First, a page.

Emergency alert notifications are under scrutiny following a mistaken alert issued in Hawaii over the weekend.
KULR-8's Mary Jane Belleza took a look at the EAS system in place for Yellowstone county to find out what protocols are in place to keep people safe.
There are 24 outdoor alert sirens in Yellowstone county, with 17 of those sirens are in the Billings and Lockwood area.
"It's a radio signal link between the dispatch centers that control them and the actual siren that go off," said Yellowstone County DES Director Brad Shoemaker
It's old school tech, but Shoemaker says it's secure.
"So we have two redundant places in each, so the laurel dispatch center and the county dispatch center where we can fully control the sirens that if they were to turn off or on or anything," adds Shoemaker.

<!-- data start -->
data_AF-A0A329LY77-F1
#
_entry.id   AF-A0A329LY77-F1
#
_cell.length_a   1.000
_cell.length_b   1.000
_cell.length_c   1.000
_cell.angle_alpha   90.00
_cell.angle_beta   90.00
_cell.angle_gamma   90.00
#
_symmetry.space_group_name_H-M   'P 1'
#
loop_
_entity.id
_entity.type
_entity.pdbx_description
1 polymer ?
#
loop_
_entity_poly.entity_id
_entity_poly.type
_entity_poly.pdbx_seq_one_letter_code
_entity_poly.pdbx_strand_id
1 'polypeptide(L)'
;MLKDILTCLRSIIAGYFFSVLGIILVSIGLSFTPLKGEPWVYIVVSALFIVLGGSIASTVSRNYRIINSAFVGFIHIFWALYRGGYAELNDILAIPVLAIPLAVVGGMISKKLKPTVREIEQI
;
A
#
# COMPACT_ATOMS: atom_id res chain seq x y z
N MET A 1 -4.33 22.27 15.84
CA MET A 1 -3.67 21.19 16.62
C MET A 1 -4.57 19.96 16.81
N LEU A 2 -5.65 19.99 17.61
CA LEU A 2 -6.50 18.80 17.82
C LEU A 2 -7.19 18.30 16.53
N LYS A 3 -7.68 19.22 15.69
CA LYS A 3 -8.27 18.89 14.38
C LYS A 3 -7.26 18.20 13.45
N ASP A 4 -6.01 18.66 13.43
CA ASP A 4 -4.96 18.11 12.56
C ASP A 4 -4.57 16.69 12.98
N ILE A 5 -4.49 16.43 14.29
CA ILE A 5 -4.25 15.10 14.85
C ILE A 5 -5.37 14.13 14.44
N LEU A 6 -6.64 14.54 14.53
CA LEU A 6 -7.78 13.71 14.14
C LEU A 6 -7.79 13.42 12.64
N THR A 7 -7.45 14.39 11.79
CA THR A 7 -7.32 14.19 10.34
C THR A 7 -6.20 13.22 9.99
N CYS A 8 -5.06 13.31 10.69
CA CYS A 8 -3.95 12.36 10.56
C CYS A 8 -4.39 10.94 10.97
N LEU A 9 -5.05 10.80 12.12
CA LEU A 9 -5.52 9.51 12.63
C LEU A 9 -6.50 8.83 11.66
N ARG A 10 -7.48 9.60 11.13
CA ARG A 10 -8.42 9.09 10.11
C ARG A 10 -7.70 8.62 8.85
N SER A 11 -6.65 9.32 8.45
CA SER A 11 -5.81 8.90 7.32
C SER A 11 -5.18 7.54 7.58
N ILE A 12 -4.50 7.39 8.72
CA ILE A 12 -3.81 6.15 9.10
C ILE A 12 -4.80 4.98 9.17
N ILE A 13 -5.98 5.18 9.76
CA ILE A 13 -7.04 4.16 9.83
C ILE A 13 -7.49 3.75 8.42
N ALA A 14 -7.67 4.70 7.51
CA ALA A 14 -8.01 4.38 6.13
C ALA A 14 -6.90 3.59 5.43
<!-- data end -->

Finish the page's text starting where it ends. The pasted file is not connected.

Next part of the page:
Two sites with an invisible radio signal between them and the only way to access this tech?
Well you need to have the password.
Communication center manager Anne Kindness from dispatch said the process to set off an alert goes through very different procedures.
"For example an area close to a refinery, there may be an issue with emissions," said Kindness. "We would want to notify that neighborhood that there was a problem in there area and when the sirens go off we ask people to shelter in place, turn on the media and wait for information."
Still, the system is aging an Shoemaker said early plans are in the works to bring a 21st century system into place.
The department of emergency services wants to install I-PAWS, an integrated public alert warning system owned by FEMA and operated by the Department of Homeland Security.
The initial process for the memorandum of understanding is getting squared away with FEMA.
Shoemaker expects the process to take up to six months after the memorandum of understanding period.